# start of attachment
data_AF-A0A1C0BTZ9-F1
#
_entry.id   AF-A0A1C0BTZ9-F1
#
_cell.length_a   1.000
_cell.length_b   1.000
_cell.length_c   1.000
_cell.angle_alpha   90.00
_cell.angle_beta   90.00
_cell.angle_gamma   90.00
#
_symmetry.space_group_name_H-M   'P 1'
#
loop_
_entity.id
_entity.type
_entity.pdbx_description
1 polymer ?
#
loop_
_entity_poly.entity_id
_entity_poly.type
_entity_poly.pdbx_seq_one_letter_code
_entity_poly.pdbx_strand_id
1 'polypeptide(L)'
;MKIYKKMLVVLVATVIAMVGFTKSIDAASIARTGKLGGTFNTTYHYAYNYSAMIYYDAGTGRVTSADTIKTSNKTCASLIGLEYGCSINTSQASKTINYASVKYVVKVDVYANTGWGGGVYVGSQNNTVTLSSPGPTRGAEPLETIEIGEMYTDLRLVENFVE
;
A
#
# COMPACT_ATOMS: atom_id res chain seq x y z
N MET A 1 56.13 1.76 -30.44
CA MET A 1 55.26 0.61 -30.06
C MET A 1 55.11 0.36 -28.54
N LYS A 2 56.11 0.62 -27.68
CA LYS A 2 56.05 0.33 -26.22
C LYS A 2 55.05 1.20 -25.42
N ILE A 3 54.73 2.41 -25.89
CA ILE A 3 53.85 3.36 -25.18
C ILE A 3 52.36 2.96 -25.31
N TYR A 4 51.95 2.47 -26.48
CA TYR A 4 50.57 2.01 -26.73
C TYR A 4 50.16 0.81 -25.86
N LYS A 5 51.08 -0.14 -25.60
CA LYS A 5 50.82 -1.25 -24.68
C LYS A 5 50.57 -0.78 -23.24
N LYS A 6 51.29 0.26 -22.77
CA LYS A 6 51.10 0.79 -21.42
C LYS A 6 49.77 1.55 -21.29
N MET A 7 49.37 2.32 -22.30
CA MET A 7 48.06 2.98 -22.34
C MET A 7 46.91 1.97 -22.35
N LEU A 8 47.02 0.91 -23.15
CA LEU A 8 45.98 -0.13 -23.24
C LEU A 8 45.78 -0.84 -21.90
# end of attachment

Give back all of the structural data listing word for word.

data_AF-A0A1C0BTZ9-F1
#
_entry.id   AF-A0A1C0BTZ9-F1
#
_cell.length_a   1.000
_cell.length_b   1.000
_cell.length_c   1.000
_cell.angle_alpha   90.00
_cell.angle_beta   90.00
_cell.angle_gamma   90.00
#
_symmetry.space_group_name_H-M   'P 1'
#
loop_
_entity.id
_entity.type
_entity.pdbx_description
1 polymer ?
#
loop_
_entity_poly.entity_id
_entity_poly.type
_entity_poly.pdbx_seq_one_letter_code
_entity_poly.pdbx_strand_id
1 'polypeptide(L)'
;MKIYKKMLVVLVATVIAMVGFTKSIDAASIARTGKLGGTFNTTYHYAYNYSAMIYYDAGTGRVTSADTIKTSNKTCASLIGLEYGCSINTSQASKTINYASVKYVVKVDVYANTGWGGGVYVGSQNNTVTLSSPGPTRGAEPLETIEIGEMYTDLRLVENFVE
;
A
#
# COMPACT_ATOMS: atom_id res chain seq x y z
N MET A 1 56.13 1.76 -30.44
CA MET A 1 55.26 0.61 -30.06
C MET A 1 55.11 0.36 -28.54
N LYS A 2 56.11 0.62 -27.68
CA LYS A 2 56.05 0.33 -26.22
C LYS A 2 55.05 1.20 -25.42
N ILE A 3 54.73 2.41 -25.89
CA ILE A 3 53.85 3.36 -25.18
C ILE A 3 52.36 2.96 -25.31
N TYR A 4 51.95 2.47 -26.48
CA TYR A 4 50.57 2.01 -26.73
C TYR A 4 50.16 0.81 -25.86
N LYS A 5 51.08 -0.14 -25.60
CA LYS A 5 50.82 -1.25 -24.68
C LYS A 5 50.57 -0.78 -23.24
N LYS A 6 51.29 0.26 -22.77
CA LYS A 6 51.10 0.79 -21.42
C LYS A 6 49.77 1.55 -21.29
N MET A 7 49.37 2.32 -22.30
CA MET A 7 48.06 2.98 -22.34
C MET A 7 46.91 1.97 -22.35
N LEU A 8 47.02 0.91 -23.15
CA LEU A 8 45.98 -0.13 -23.24
C LEU A 8 45.78 -0.84 -21.90